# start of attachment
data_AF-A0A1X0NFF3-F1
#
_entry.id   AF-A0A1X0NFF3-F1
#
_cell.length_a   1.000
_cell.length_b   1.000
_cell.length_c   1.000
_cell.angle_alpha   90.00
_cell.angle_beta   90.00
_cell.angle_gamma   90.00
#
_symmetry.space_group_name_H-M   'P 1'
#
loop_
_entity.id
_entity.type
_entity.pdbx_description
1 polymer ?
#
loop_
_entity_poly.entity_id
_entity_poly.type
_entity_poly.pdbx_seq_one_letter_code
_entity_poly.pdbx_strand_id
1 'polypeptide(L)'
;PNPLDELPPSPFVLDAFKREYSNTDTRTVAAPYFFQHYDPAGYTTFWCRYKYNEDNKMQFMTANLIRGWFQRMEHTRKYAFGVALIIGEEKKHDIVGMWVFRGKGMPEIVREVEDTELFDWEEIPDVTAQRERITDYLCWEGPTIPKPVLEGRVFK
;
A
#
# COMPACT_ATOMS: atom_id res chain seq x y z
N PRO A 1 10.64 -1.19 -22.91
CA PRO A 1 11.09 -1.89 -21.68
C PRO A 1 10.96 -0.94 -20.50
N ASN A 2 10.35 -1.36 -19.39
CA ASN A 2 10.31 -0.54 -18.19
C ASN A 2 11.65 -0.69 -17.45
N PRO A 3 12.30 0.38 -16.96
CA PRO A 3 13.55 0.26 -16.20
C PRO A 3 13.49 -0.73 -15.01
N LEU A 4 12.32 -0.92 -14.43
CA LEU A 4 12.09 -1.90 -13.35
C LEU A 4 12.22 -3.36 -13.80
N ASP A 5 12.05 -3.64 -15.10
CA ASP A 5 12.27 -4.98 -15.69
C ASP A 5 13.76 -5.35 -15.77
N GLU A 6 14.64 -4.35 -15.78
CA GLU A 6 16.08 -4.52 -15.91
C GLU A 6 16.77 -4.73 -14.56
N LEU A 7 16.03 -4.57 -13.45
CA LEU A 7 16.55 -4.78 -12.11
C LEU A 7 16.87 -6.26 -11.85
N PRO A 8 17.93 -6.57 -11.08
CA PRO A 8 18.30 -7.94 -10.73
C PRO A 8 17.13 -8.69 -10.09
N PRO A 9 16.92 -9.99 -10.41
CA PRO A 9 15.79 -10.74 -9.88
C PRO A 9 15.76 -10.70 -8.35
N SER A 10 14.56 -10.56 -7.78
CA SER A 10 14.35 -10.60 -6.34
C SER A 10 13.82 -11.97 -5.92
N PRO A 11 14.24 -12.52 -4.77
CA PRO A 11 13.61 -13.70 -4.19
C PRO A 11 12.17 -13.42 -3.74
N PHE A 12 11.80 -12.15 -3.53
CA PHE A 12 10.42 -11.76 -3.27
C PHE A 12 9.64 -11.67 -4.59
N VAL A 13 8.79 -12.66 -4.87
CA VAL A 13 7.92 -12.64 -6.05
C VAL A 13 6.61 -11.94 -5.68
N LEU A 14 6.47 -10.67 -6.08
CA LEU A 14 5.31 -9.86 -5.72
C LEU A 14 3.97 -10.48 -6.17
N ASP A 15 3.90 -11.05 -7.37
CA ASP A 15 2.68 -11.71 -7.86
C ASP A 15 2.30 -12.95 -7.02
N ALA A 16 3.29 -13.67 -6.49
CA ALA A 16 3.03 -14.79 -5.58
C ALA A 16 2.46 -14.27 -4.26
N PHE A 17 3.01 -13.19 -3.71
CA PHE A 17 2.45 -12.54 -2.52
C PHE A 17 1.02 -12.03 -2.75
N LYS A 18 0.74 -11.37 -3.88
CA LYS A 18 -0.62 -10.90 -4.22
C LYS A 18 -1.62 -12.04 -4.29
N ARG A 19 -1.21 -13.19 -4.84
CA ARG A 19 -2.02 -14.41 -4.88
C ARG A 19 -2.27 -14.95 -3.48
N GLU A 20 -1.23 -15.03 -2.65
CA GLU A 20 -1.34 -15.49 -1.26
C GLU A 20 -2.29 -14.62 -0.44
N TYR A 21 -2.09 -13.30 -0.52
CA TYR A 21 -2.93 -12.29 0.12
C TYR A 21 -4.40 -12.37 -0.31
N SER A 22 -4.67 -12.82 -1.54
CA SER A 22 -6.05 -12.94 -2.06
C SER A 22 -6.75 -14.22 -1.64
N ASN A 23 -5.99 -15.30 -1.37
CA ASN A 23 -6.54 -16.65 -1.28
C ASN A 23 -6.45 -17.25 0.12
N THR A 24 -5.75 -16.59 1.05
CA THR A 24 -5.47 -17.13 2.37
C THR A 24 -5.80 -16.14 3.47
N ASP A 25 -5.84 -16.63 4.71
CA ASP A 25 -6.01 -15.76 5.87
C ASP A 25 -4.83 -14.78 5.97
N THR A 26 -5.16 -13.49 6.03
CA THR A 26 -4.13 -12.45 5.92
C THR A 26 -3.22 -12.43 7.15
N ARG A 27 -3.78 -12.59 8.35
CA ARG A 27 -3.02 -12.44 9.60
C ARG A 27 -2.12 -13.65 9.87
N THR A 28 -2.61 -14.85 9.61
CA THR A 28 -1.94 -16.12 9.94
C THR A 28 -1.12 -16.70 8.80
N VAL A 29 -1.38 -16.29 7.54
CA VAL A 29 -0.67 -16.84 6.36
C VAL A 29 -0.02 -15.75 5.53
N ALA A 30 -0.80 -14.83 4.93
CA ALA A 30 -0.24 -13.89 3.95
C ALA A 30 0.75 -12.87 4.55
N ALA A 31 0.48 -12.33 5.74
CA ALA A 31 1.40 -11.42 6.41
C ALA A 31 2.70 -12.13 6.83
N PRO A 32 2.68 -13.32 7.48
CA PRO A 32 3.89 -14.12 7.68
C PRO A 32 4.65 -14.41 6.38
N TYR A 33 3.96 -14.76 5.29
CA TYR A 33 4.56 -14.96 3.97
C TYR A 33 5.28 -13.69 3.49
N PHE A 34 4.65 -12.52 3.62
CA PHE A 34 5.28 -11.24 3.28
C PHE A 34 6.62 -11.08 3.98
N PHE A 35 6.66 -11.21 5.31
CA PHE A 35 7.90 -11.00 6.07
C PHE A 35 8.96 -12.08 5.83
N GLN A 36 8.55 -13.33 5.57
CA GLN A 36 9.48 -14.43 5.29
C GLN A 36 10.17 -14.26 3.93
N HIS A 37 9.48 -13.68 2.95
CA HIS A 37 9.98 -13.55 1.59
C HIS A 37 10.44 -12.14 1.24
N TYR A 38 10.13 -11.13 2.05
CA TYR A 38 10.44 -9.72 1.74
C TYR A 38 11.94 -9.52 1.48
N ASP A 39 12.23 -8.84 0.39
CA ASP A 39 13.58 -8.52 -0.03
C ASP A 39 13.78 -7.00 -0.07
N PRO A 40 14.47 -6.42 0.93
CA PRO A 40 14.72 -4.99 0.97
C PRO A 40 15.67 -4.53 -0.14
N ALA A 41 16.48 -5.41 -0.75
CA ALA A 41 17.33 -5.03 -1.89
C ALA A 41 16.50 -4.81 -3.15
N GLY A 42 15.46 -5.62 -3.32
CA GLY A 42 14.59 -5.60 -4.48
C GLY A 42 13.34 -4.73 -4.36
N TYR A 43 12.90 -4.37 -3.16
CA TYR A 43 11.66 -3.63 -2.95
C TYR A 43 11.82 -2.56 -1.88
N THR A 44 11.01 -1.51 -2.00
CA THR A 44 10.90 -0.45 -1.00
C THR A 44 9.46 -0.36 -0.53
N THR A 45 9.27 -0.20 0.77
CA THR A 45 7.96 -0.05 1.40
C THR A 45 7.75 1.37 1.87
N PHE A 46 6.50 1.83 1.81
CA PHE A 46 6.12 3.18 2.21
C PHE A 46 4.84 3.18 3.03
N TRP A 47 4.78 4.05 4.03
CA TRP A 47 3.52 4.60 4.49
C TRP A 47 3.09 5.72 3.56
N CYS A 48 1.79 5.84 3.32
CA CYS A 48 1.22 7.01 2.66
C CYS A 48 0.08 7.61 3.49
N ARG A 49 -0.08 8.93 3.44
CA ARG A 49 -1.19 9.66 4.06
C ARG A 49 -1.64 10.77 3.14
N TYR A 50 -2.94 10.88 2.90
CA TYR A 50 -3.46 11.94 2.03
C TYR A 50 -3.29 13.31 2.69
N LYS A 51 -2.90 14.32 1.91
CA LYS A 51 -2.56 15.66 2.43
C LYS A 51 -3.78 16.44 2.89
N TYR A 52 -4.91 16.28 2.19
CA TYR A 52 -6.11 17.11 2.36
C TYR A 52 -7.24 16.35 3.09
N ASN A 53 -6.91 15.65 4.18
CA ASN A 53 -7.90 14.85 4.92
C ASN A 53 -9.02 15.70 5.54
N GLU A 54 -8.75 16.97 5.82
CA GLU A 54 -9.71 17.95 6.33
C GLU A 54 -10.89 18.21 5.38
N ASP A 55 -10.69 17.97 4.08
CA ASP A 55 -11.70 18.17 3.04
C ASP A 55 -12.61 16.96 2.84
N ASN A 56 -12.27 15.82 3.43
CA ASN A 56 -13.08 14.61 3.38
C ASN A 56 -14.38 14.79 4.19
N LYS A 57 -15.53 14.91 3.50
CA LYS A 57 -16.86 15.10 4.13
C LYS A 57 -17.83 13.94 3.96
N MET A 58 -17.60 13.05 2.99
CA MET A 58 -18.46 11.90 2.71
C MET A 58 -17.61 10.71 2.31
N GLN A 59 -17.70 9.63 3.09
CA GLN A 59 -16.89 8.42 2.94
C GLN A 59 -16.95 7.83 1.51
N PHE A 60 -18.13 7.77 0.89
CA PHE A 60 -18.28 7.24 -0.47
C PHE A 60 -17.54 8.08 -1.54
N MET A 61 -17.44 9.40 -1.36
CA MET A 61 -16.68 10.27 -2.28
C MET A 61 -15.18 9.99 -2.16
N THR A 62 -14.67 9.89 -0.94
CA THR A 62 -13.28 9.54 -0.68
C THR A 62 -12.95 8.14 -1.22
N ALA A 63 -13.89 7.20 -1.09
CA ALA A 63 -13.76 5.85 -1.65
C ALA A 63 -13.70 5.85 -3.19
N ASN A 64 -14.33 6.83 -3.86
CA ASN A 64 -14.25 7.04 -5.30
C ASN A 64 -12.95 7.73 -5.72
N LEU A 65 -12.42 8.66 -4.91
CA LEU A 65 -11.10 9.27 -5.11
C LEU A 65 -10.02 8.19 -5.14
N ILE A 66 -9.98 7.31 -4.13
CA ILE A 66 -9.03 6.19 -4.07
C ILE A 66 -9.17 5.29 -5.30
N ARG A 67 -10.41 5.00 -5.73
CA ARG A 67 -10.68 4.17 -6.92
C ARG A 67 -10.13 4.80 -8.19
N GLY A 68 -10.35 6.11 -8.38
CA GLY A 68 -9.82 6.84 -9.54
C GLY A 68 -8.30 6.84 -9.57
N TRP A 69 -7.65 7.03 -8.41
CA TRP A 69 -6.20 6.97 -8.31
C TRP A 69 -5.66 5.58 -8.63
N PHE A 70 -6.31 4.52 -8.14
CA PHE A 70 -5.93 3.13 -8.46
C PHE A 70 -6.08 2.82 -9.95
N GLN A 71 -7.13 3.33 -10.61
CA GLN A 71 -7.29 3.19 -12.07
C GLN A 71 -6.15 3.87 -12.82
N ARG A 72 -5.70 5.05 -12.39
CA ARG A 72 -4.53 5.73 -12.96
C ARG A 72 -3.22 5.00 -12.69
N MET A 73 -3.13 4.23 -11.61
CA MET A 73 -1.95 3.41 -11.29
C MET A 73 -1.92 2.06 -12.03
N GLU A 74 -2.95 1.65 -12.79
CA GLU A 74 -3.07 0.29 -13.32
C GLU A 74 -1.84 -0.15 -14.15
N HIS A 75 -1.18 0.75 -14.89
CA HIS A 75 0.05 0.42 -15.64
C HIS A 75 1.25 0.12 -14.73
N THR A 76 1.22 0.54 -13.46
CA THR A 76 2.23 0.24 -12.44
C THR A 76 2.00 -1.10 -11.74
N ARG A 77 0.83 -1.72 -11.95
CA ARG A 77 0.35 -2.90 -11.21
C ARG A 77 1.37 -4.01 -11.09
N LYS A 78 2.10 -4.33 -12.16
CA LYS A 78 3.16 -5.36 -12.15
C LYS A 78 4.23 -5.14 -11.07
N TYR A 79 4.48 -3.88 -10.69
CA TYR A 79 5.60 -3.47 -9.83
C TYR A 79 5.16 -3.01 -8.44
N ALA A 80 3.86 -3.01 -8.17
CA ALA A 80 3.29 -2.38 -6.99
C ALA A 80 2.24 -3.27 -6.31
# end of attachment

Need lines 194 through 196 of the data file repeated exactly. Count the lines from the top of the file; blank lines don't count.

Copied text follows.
CA ASP A 55 -11.70 18.17 3.04
C ASP A 55 -12.61 16.96 2.84
N ASN A 56 -12.27 15.82 3.43